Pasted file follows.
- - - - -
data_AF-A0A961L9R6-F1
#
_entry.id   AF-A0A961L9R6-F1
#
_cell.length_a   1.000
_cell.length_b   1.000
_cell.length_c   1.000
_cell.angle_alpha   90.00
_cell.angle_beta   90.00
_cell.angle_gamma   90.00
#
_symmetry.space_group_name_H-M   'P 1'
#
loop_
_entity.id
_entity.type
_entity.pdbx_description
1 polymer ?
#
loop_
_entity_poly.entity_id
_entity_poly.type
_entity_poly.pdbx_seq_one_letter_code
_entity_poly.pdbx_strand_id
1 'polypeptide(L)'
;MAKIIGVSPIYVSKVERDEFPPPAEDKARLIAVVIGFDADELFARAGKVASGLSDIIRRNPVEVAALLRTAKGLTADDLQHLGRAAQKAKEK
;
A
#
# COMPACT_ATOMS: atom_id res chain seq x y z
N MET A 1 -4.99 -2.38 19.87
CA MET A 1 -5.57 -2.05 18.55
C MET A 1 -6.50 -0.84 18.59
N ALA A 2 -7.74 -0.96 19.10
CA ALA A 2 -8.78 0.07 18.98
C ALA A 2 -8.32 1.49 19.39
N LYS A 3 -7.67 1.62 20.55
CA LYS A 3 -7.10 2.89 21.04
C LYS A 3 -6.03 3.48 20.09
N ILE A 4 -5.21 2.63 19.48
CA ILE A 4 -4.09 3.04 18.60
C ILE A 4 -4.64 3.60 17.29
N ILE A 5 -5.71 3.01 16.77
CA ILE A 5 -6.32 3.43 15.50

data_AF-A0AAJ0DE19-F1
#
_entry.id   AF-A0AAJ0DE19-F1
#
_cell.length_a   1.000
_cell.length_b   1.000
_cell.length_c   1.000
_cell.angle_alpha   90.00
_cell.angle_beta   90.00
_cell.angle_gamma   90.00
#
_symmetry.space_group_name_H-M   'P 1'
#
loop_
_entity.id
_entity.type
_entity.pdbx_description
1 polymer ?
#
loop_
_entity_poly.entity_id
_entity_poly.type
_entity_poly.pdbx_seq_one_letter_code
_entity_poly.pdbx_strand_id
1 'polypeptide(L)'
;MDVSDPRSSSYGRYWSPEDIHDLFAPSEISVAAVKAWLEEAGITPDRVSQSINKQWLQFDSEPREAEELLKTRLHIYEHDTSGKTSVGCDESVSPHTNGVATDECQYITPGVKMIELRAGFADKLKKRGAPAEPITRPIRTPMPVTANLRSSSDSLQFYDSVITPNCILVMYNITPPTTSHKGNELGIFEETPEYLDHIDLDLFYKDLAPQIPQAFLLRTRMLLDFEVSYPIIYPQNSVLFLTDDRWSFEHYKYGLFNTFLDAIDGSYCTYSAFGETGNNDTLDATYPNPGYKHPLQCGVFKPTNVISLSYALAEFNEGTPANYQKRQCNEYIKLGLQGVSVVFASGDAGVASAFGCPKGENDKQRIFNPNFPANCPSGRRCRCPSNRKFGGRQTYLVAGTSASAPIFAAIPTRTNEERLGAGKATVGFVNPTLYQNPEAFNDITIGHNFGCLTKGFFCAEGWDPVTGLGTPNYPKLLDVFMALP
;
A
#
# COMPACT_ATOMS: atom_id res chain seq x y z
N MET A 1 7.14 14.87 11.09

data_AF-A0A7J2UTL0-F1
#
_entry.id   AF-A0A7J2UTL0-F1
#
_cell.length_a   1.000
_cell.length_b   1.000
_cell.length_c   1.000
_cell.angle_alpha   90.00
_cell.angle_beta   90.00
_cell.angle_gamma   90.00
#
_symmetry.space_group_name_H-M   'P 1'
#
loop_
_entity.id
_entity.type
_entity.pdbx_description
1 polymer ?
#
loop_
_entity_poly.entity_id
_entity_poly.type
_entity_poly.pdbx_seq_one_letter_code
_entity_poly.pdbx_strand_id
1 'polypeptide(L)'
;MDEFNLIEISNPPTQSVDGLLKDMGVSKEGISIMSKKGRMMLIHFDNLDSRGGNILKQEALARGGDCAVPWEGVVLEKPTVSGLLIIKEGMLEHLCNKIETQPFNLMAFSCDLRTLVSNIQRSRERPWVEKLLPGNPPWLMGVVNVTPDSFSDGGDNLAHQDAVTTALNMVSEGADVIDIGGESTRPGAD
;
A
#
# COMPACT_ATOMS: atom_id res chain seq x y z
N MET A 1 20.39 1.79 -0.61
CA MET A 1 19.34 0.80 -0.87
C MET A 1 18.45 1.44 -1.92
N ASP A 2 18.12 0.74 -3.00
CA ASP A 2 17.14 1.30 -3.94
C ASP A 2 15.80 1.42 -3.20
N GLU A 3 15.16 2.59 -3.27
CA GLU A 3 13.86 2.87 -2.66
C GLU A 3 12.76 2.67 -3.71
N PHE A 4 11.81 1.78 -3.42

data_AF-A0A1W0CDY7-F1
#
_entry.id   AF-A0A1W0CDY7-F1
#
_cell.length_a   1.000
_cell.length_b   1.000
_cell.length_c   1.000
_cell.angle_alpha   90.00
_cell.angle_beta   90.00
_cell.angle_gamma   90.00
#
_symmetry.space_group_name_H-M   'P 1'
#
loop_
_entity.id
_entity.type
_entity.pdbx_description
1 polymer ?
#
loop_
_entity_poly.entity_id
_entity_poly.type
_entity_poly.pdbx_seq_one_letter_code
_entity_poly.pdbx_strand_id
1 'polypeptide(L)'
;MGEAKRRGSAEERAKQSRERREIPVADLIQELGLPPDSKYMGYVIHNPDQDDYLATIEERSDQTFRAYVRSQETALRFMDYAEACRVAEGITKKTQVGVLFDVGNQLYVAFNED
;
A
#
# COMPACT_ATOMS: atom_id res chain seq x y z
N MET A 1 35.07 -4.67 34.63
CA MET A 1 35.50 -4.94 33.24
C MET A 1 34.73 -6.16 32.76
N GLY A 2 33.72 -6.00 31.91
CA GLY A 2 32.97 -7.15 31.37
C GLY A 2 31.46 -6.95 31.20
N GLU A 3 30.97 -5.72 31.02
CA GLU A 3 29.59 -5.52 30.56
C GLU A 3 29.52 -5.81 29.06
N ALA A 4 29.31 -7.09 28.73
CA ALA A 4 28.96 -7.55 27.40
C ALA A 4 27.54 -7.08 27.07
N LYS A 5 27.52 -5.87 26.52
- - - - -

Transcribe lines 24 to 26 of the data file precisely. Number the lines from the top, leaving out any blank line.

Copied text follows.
_entity_poly.pdbx_strand_id
1 'polypeptide(L)'
;MAKIIGVSPIYVSKVERDEFPPPAEDKARLIAVVIGFDADELFARAGKVASGLSDIIRRNPVEVAALLRTAKGLTADDLQHLGRAAQKAKEK